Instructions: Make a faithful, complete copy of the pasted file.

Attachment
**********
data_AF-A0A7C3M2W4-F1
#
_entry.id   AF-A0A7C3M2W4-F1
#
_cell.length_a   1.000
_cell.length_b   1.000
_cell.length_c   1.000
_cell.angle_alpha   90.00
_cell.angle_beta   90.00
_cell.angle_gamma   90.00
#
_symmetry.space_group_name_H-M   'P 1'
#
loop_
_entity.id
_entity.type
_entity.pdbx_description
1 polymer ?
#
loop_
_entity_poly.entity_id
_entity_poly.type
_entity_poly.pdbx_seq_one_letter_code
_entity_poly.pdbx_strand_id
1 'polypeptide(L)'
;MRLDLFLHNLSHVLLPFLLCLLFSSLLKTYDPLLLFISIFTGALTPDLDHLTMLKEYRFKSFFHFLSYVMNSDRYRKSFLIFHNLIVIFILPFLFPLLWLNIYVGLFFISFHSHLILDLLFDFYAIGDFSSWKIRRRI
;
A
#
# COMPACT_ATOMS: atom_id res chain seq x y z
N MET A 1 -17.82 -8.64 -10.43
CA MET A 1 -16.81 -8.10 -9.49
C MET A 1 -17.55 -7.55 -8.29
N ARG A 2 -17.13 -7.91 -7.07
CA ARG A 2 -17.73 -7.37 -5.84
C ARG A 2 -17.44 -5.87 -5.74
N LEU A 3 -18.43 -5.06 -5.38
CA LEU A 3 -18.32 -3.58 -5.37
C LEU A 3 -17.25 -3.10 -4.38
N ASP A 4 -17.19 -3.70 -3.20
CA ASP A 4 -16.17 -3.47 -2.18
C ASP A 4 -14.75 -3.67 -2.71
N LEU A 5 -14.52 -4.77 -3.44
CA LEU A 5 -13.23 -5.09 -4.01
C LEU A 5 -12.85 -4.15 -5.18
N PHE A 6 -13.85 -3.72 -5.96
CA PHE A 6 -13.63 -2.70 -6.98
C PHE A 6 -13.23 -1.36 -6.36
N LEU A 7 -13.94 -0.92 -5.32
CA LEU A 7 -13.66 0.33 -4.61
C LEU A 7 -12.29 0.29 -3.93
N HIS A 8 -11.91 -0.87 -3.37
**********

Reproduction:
data_AF-A0A7C3M2W4-F1
#
_entry.id   AF-A0A7C3M2W4-F1
#
_cell.length_a   1.000
_cell.length_b   1.000
_cell.length_c   1.000
_cell.angle_alpha   90.00
_cell.angle_beta   90.00
_cell.angle_gamma   90.00
#
_symmetry.space_group_name_H-M   'P 1'
#
loop_
_entity.id
_entity.type
_entity.pdbx_description
1 polymer ?
#
loop_
_entity_poly.entity_id
_entity_poly.type
_entity_poly.pdbx_seq_one_letter_code
_entity_poly.pdbx_strand_id
1 'polypeptide(L)'
;MRLDLFLHNLSHVLLPFLLCLLFSSLLKTYDPLLLFISIFTGALTPDLDHLTMLKEYRFKSFFHFLSYVMNSDRYRKSFLIFHNLIVIFILPFLFPLLWLNIYVGLFFISFHSHLILDLLFDFYAIGDFSSWKIRRRI
;
A
#
# COMPACT_ATOMS: atom_id res chain seq x y z
N MET A 1 -17.82 -8.64 -10.43
CA MET A 1 -16.81 -8.10 -9.49
C MET A 1 -17.55 -7.55 -8.29
N ARG A 2 -17.13 -7.91 -7.07
CA ARG A 2 -17.73 -7.37 -5.84
C ARG A 2 -17.44 -5.87 -5.74
N LEU A 3 -18.43 -5.06 -5.38
CA LEU A 3 -18.32 -3.58 -5.37
C LEU A 3 -17.25 -3.10 -4.38
N ASP A 4 -17.19 -3.70 -3.20
CA ASP A 4 -16.17 -3.47 -2.18
C ASP A 4 -14.75 -3.67 -2.71
N LEU A 5 -14.52 -4.77 -3.44
CA LEU A 5 -13.23 -5.09 -4.01
C LEU A 5 -12.85 -4.15 -5.18
N PHE A 6 -13.85 -3.72 -5.96
CA PHE A 6 -13.63 -2.70 -6.98
C PHE A 6 -13.23 -1.36 -6.36
N LEU A 7 -13.94 -0.92 -5.32
CA LEU A 7 -13.66 0.33 -4.61
C LEU A 7 -12.29 0.29 -3.93
N HIS A 8 -11.91 -0.87 -3.37